How To Get Your Kids Outside This Winter

Updated: Feb 11


Three Bridges Park. Photo from Instagram by @awealthofnature

We hear you. It's just so. darn. cold.


And yet, we all know the massive benefits of fresh air and getting outside, even in this cold, snowy, wintry climate. And especially during a pandemic.


To help motivate yourself and your kids, here are some helpful, tried-and-true tips:



1. Dress strategically.


It's an obvious, but oh-so-important component of winter adventures. You simply must have gear that fits properly and keeps you and the kids warm.


As the noted British travel writer, Alfred Wainwright so wisely said, "There’s no such thing as bad weather, only unsuitable clothing."


Extended length cuff mittens make all the difference, and so do wool socks, full-coverage balaclavas, and hand-warmers. And remember, layers are key: Three on top, two on the bottom, and one pair of warm socks.



2. Pair it to something you already do every day.


A proven strategy for forming new habits is to attach them to ones you've already formed. So try attaching your outdoor adventure to something you already do each day.


Naptime at 11:00 a.m.? Take a quick walk around the neighborhood before hand each day. Pick up the kids from school at 3:30 every day? Stop by the playground before you head home for dinner.


And if you miss a day, so be it. Try again the next day.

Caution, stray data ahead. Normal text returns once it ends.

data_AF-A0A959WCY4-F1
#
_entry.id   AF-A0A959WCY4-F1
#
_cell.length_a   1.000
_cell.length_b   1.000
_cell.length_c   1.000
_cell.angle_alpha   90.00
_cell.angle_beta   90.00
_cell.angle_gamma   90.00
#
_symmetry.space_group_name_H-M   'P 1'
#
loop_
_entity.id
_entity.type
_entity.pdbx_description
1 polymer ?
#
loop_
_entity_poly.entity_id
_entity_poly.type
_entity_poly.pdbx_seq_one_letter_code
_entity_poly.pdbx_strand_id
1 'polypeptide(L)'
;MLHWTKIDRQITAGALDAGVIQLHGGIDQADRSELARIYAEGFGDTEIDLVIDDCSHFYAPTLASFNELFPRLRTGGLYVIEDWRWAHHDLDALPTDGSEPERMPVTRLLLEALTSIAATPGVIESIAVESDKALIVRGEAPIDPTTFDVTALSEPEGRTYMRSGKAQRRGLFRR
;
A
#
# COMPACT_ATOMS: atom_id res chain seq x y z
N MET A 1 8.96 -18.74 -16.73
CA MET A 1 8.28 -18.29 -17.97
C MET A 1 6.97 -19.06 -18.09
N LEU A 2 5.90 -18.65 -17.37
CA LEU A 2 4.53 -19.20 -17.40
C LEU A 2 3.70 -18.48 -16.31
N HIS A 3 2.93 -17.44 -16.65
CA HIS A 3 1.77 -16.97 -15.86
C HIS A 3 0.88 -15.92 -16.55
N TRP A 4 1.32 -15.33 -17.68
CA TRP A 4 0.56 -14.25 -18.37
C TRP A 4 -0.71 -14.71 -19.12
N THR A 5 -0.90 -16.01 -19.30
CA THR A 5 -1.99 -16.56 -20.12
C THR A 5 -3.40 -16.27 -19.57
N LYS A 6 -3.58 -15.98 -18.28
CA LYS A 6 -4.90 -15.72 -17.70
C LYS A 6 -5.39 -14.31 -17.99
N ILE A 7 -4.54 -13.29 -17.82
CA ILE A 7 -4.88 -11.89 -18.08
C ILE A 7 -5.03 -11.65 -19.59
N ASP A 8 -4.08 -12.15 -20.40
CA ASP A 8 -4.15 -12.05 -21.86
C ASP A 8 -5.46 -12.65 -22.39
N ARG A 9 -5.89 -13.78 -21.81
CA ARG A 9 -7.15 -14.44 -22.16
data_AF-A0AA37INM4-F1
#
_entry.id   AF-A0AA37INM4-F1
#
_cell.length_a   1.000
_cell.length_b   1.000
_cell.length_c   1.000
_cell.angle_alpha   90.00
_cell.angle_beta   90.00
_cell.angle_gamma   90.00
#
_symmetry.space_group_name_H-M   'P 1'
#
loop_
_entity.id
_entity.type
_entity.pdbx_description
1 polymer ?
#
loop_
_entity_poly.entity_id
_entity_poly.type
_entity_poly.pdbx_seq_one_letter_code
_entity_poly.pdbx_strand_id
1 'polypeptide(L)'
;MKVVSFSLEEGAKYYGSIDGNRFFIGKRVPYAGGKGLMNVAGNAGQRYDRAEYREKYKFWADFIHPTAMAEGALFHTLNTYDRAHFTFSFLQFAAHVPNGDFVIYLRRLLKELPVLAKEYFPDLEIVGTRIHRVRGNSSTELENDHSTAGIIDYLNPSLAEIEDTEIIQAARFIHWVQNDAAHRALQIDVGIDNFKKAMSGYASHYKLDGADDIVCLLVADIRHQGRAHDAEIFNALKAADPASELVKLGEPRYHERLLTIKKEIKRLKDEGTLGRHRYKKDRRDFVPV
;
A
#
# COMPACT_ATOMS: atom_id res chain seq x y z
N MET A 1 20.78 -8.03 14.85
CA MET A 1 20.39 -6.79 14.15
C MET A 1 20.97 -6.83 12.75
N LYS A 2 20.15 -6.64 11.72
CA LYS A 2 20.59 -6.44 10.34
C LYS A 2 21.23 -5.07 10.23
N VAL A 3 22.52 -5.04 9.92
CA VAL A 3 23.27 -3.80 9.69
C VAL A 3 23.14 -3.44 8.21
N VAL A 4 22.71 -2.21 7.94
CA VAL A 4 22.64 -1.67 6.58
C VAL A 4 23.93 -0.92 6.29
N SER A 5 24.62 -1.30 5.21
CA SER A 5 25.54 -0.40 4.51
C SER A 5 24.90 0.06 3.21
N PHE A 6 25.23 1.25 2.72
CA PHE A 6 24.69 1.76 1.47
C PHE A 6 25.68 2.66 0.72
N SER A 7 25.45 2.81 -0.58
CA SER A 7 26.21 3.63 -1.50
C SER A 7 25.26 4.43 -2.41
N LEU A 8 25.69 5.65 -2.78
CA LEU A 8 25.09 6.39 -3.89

3. Start small.


Half the battle is just getting outside. Try telling yourself (and your kids, if they are whining) that your outdoor adventure will be brief. Five or ten minutes, perhaps. If that's as long as you last, at least you tried. But chances are the fresh air will feel great, and you'll all last much longer.




4. Check our daily calendar.


Our Daily Events Calendar is packed with local nature centers who offer guided hikes and outdoor adventures for families. Bookmark it to keep it handy.


We've also put together a list of 14 winter hikes that are great for kids, and Must-Visit Playgrounds that your kids are sure to love.



Outdoor education at Schlitz Audubon Nature Center. Photo from Instagram, @aubreylxnfulsaas

5. Find Your Go-To Spot.


If you're a creature of habit, lean into it. Even if you head to the same nearby park, or go on the same walk through the neighborhood each day, you're sure to notice something different each day. It's especially easy to notice seasonal changes when you visit the same place repeatedly.


Plus, you can carve out a space that you can claim as your family's own, like a special tree, a small waterfall, or a favorite bench.


6. Promise Hot Cocoa


We're not above bribery. Let your kids know that after your outdoor adventure, you can all enjoy some hot cocoa together. Better yet, pack a thermos and bring it with!



7. Stay Home!


Many of us became bird-watchers during this quarantine, and it's a great way to learn about the nature that's right in your own backyard. Do some research about the plants and weeds that grow around your house, and the birds and animals that come to visit. Especially in childhood, adventure is just outside your door.


Here's a fantastic little book about the Wisconsin birds you may see in your own backyard:



Do you love this content?

Subscribe to our newsletter so you don't miss a thing.

237 views0 comments

SUBSCRIBE

Our *free* weekly newsletter keeps you posted on the best events for kids around town. Happy exploring!